A new law has gone into effect that erases a competitive disadvantage for roughly 40,000 Ohio employers paying workers compensation premiums.
Here are some questions and answers about the new law, which took effect this month:
Q: What was the problem that led to the law?
A: For years, about 40,000 of the roughly 280,000 Ohio employers paying workers compensation premiums were paying them twice for the same workers, because if they had operations and employees outside Ohio, many were paying premiums in the other state as well as in Ohio.
Q: How does the new law make it better for many employers?
A: The law enables Ohio employers to submit payroll data that includes payments for labor and services performed only in Ohio. The employers can only file their reports this way if they have coverage from another state for work performed in that state. The data is used by the Ohio Bureau of Workers Compensation to determine the premiums that businesses pay.
Q: Did the actions of other states have a role in this change in Ohio law?
A: Yes. Other states, including Kentucky, New York and Florida, began requiring Ohio-based employers with operations in those states to pay premiums for the work done locally. That left some Ohio-based employers paying premiums in two states for the same workers. Many started to complain.
Q: Does the new law have any impact on other states, so that employers outside Ohio can’t freeload off of workers comp coverage in Ohio?
A: Yes. Employers based in another state must purchase Ohio workers comp coverage for temporary workers in the state, unless the state where the employer is based offers some degree of coverage for Ohio-based employers with operations in the other state. The Ohio Bureau of Workers Compensation says it is trying to negotiate with as many other states as possible so that businesses will have the least possible burden.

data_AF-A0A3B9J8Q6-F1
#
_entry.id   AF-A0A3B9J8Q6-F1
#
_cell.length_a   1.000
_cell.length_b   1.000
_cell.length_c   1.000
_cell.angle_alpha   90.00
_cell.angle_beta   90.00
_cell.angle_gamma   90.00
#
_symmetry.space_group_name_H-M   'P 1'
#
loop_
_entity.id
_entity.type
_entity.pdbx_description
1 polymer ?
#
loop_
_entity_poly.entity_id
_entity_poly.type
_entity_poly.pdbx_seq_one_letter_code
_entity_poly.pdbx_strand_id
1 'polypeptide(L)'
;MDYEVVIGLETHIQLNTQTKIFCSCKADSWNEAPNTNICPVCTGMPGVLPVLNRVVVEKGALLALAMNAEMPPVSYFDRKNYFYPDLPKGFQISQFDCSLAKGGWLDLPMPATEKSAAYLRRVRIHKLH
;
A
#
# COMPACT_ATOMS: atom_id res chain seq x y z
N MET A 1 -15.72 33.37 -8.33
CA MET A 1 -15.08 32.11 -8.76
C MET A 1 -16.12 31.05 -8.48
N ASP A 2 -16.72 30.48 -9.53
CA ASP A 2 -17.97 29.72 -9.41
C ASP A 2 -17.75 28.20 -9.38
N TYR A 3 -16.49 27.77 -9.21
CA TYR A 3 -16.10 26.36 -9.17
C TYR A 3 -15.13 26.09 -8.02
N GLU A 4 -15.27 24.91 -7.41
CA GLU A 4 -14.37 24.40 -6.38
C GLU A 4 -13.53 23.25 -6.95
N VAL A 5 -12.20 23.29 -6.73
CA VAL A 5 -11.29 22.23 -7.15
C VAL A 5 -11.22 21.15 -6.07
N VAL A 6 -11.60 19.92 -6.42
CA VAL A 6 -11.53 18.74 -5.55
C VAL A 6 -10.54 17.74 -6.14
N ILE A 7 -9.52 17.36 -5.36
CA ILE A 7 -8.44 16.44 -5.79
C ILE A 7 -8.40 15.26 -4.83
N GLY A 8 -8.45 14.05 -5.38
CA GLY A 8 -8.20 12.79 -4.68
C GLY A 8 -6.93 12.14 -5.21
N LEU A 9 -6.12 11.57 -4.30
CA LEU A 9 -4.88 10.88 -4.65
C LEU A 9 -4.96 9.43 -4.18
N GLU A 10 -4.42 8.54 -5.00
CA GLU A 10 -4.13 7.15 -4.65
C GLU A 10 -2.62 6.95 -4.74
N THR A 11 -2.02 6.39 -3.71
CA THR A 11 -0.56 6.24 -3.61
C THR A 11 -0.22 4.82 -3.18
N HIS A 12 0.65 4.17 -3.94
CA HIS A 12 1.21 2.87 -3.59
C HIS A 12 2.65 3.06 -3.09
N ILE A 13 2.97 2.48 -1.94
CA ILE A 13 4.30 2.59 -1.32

Q: What about businesses based in foreign countries? Does this rule apply to them?
A: It’s unclear. Some attorneys believe the new law is written in a way that foreign-based businesses won’t be affected.
Q: Is there a certain number of employees that an outside employer must have in Ohio before the employer is required to pay premiums here?
A: Even if a business only has one employee in Ohio, it must still pay workers compensation coverage.
Q: Does the new law have anything in it that will prevent an injured worker from abusing the system in multiple states?
A: Yes. The law prevents an injured worker from getting any benefits from Ohio on a claim for an injury on which benefits are also being paid in another state. Injured workers must pick one state.
Q: How will this law affect the average Ohio worker?
A: Ohio-based businesses that were previously paying twice for the same worker will now be able to redirect those funds elsewhere. Whether those savings help employees, or are invested elsewhere in the business, is up to the individual employer.
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